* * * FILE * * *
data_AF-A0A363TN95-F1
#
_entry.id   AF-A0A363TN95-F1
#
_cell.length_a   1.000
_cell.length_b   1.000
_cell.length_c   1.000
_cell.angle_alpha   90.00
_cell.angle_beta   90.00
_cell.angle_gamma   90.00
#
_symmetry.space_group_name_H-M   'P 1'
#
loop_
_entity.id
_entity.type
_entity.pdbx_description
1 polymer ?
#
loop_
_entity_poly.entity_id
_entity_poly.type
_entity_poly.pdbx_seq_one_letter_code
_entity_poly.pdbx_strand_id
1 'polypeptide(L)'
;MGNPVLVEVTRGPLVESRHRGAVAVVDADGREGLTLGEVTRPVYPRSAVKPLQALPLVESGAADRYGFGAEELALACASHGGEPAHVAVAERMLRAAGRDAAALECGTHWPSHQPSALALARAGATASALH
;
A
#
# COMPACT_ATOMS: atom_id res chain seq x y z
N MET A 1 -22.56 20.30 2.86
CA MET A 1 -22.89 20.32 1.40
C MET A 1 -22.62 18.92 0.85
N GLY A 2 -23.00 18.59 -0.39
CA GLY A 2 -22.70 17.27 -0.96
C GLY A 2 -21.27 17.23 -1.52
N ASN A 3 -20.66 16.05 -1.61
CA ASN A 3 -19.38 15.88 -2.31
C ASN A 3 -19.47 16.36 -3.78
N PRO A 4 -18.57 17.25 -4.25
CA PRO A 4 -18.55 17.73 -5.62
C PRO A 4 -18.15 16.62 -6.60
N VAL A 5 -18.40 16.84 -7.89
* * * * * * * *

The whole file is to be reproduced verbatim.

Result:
data_AF-A0A363TN95-F1
#
_entry.id   AF-A0A363TN95-F1
#
_cell.length_a   1.000
_cell.length_b   1.000
_cell.length_c   1.000
_cell.angle_alpha   90.00
_cell.angle_beta   90.00
_cell.angle_gamma   90.00
#
_symmetry.space_group_name_H-M   'P 1'
#
loop_
_entity.id
_entity.type
_entity.pdbx_description
1 polymer ?
#
loop_
_entity_poly.entity_id
_entity_poly.type
_entity_poly.pdbx_seq_one_letter_code
_entity_poly.pdbx_strand_id
1 'polypeptide(L)'
;MGNPVLVEVTRGPLVESRHRGAVAVVDADGREGLTLGEVTRPVYPRSAVKPLQALPLVESGAADRYGFGAEELALACASHGGEPAHVAVAERMLRAAGRDAAALECGTHWPSHQPSALALARAGATASALH
;
A
#
# COMPACT_ATOMS: atom_id res chain seq x y z
N MET A 1 -22.56 20.30 2.86
CA MET A 1 -22.89 20.32 1.40
C MET A 1 -22.62 18.92 0.85
N GLY A 2 -23.00 18.59 -0.39
CA GLY A 2 -22.70 17.27 -0.96
C GLY A 2 -21.27 17.23 -1.52
N ASN A 3 -20.66 16.05 -1.61
CA ASN A 3 -19.38 15.88 -2.31
C ASN A 3 -19.47 16.36 -3.78
N PRO A 4 -18.57 17.25 -4.25
CA PRO A 4 -18.55 17.73 -5.62
C PRO A 4 -18.15 16.62 -6.60
N VAL A 5 -18.40 16.84 -7.89